But here's the most notable statistic from that stretch: The Cardinals threw just one first-down pass on those six possessions. And just two second-down passes. Basically they put the passing game, and, thus, Leinart, on ice until third down. Until it was too late.
"They pulled it in," said Bears weakside linebacker Lance Briggs. "They'd had us on our heels earlier in the game, throwing on early downs, not worrying about the fact [Leinart] is a rookie. When they got that big lead, they kind of took the ball out of his hands a little bit, you know?"
Based on his first two starts, it would seem, the Cardinals might want to start relying more on Leinart's hands (or, more accurately, his arm) and less on James' feet. Especially since the inept Arizona offensive line continues to have difficulty creating creases for its highly paid tailback.
In his two starting assignments, Leinart, who might force a lot of teams to regret having passed on him in the draft, has completed 46 of 77 attempts for 485 yards, with four touchdown passes and no interceptions. His quarterback rating is an estimable 95.4 in those games and, most important, he had the Cardinals in position to win both times.
Unfortunately for Leinart, he has now lost as many games as an NFL starter as he did in 39 starts during his celebrated college career. There figure to be a lot more defeats along the way, too, and maybe not enough victories this season to extend Green's tenure with the team. But at some point, if Leinart's first two starts offered any auguring of what might eventually come, Leinart might actually turn the NFL's football wasteland in the desert into the Valley of the Sun that it's billed as being.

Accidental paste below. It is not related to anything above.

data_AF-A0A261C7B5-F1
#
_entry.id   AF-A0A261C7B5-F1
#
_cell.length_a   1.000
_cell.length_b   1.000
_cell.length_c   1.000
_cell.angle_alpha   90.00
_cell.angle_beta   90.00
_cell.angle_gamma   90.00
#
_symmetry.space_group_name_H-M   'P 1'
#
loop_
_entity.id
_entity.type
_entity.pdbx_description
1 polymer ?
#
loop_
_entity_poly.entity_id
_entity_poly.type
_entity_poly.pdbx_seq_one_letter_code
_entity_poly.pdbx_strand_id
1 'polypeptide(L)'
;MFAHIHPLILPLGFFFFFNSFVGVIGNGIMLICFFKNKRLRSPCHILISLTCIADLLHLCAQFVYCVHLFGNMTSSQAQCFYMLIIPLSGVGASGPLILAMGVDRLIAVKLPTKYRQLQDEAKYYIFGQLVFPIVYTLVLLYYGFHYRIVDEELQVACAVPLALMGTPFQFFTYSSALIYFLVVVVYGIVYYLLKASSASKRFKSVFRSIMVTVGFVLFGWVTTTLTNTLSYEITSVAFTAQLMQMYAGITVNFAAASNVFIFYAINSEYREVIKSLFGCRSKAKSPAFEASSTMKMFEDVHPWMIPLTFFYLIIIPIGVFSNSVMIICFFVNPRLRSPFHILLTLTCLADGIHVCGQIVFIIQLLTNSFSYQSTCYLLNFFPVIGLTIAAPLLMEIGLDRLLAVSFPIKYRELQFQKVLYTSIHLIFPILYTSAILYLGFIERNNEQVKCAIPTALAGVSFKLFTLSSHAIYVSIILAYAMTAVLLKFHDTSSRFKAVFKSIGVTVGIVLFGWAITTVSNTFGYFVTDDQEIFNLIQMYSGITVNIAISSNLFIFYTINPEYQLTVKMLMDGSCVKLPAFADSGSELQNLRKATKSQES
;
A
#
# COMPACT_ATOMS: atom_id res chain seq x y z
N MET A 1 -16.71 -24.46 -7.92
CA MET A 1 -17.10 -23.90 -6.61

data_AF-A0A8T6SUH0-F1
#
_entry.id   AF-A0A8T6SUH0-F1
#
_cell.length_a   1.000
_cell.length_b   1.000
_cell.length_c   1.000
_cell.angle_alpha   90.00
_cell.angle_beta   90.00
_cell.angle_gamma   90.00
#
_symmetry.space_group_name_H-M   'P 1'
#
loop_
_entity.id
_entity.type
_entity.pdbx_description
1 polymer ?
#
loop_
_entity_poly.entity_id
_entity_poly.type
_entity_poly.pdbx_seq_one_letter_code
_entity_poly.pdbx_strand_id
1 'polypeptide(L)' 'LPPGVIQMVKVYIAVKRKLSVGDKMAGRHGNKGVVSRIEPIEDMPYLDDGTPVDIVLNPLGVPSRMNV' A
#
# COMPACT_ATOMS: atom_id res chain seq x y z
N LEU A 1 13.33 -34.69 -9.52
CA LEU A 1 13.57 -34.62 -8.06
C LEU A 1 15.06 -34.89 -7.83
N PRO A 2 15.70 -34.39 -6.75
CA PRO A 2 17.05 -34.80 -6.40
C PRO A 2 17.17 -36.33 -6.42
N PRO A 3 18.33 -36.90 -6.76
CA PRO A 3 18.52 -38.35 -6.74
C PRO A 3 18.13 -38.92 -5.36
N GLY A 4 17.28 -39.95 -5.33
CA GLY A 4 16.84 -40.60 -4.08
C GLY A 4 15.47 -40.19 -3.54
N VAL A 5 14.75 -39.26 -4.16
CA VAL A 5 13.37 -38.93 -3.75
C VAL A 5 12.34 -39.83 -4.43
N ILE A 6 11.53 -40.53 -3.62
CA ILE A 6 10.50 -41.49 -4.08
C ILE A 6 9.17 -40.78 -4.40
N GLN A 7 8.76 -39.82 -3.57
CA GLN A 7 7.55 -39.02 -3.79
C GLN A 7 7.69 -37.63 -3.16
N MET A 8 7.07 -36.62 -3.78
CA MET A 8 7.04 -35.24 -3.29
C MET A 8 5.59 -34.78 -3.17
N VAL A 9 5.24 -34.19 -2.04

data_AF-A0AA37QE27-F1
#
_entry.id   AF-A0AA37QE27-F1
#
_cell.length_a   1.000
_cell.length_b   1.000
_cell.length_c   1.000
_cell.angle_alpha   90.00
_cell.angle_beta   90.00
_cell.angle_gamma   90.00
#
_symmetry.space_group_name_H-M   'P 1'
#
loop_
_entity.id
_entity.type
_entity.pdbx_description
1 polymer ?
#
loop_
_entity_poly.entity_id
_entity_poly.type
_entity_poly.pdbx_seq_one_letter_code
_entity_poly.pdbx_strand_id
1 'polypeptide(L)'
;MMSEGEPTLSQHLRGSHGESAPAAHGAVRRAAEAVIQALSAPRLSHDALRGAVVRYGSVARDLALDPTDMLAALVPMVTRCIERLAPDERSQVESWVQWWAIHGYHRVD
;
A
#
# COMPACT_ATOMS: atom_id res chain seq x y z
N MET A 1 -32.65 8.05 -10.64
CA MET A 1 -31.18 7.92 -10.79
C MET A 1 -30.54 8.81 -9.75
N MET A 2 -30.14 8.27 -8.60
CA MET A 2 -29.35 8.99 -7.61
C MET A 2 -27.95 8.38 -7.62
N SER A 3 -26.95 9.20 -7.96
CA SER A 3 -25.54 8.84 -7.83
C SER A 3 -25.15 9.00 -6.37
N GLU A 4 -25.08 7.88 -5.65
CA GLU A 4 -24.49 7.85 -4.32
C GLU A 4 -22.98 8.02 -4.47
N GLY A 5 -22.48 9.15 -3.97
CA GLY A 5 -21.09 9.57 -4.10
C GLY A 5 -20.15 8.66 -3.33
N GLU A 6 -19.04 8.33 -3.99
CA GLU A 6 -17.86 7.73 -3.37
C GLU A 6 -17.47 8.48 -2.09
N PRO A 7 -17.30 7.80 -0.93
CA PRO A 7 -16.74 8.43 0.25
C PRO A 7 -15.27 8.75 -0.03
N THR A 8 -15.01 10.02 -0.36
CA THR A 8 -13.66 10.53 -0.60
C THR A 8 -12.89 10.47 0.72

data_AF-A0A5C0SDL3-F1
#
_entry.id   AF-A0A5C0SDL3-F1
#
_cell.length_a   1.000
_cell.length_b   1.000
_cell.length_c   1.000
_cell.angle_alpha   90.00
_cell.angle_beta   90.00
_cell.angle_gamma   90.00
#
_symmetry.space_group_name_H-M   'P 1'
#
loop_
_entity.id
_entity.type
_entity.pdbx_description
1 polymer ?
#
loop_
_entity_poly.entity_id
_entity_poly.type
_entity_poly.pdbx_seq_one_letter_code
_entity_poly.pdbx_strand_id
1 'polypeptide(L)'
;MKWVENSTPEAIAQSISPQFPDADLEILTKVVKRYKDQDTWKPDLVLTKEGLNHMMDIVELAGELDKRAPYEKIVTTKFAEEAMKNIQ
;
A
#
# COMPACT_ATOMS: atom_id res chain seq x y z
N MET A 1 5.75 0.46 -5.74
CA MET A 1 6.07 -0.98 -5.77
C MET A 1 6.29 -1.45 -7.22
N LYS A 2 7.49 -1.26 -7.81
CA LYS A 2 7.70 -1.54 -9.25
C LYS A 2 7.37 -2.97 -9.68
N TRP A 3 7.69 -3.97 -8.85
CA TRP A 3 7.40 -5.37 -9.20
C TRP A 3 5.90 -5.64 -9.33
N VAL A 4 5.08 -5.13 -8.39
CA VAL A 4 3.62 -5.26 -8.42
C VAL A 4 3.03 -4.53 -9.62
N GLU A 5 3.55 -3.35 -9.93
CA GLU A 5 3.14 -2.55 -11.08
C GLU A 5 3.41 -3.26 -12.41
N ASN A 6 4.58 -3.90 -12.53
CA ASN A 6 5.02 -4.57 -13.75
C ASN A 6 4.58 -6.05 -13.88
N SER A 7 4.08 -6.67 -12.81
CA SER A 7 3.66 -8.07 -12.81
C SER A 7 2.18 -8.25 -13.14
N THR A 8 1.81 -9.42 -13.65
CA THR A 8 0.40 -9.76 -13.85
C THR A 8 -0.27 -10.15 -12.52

"He showed a lot of [fortitude]," Cardinals wide receiver Anquan Boldin said. "He's got that kind of it that people talk about."
In the private suite of Cardinals owner Bill Bidwill on Monday was a group from Leinart's high-profile SoCal posse, including actor Ashton Kutcher. Anyone who has ever met Bidwill would agree that the scene must have been about as incongruous as one could imagine. But in its own way, it might have been oddly appropriate as well.
Because if his first two starts were an inkling of what is to come, it's just a matter of time before Leinart and the Cardinals aren't getting punk'd as much anymore.
Len Pasquarelli is a senior NFL writer for ESPN.com.